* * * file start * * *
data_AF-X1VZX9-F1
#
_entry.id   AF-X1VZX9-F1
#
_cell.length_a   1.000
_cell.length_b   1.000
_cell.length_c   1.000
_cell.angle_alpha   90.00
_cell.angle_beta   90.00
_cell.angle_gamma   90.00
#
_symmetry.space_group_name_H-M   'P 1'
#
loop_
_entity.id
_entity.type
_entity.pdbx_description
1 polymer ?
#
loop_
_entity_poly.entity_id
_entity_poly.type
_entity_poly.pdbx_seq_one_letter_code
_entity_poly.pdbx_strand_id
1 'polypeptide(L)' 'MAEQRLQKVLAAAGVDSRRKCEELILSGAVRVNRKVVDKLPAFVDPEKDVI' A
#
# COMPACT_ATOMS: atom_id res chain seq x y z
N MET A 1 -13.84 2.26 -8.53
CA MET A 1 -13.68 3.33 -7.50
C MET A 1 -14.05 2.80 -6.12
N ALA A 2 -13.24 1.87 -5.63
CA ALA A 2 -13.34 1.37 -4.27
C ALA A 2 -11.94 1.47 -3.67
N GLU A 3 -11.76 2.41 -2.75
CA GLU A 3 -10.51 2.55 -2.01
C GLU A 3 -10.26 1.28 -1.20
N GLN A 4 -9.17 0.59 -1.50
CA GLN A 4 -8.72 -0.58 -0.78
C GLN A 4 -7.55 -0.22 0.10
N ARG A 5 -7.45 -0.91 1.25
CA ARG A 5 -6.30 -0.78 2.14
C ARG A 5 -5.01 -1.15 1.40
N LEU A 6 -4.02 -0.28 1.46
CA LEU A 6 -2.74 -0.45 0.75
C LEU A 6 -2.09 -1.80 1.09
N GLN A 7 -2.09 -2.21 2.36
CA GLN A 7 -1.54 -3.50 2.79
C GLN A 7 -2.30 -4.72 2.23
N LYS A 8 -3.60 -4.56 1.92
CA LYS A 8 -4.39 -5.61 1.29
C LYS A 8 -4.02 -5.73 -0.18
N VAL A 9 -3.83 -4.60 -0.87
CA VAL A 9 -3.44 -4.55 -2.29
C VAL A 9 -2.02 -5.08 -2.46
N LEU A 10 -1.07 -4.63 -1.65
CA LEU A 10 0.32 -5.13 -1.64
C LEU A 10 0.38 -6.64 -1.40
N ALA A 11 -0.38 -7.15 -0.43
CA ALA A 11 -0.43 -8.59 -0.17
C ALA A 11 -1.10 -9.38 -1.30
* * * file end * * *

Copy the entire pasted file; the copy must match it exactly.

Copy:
data_AF-X1VZX9-F1
#
_entry.id   AF-X1VZX9-F1
#
_cell.length_a   1.000
_cell.length_b   1.000
_cell.length_c   1.000
_cell.angle_alpha   90.00
_cell.angle_beta   90.00
_cell.angle_gamma   90.00
#
_symmetry.space_group_name_H-M   'P 1'
#
loop_
_entity.id
_entity.type
_entity.pdbx_description
1 polymer ?
#
loop_
_entity_poly.entity_id
_entity_poly.type
_entity_poly.pdbx_seq_one_letter_code
_entity_poly.pdbx_strand_id
1 'polypeptide(L)' 'MAEQRLQKVLAAAGVDSRRKCEELILSGAVRVNRKVVDKLPAFVDPEKDVI' A
#
# COMPACT_ATOMS: atom_id res chain seq x y z
N MET A 1 -13.84 2.26 -8.53
CA MET A 1 -13.68 3.33 -7.50
C MET A 1 -14.05 2.80 -6.12
N ALA A 2 -13.24 1.87 -5.63
CA ALA A 2 -13.34 1.37 -4.27
C ALA A 2 -11.94 1.47 -3.67
N GLU A 3 -11.76 2.41 -2.75
CA GLU A 3 -10.51 2.55 -2.01
C GLU A 3 -10.26 1.28 -1.20
N GLN A 4 -9.17 0.59 -1.50
CA GLN A 4 -8.72 -0.58 -0.78
C GLN A 4 -7.55 -0.22 0.10
N ARG A 5 -7.45 -0.91 1.25
CA ARG A 5 -6.30 -0.78 2.14
C ARG A 5 -5.01 -1.15 1.40
N LEU A 6 -4.02 -0.28 1.46
CA LEU A 6 -2.74 -0.45 0.75
C LEU A 6 -2.09 -1.80 1.09
N GLN A 7 -2.09 -2.21 2.36
CA GLN A 7 -1.54 -3.50 2.79
C GLN A 7 -2.30 -4.72 2.23
N LYS A 8 -3.60 -4.56 1.92
CA LYS A 8 -4.39 -5.61 1.29
C LYS A 8 -4.02 -5.73 -0.18
N VAL A 9 -3.83 -4.60 -0.87
CA VAL A 9 -3.44 -4.55 -2.29
C VAL A 9 -2.02 -5.08 -2.46
N LEU A 10 -1.07 -4.63 -1.65
CA LEU A 10 0.32 -5.13 -1.64
C LEU A 10 0.38 -6.64 -1.40
N ALA A 11 -0.38 -7.15 -0.43
CA ALA A 11 -0.43 -8.59 -0.17
C ALA A 11 -1.10 -9.38 -1.30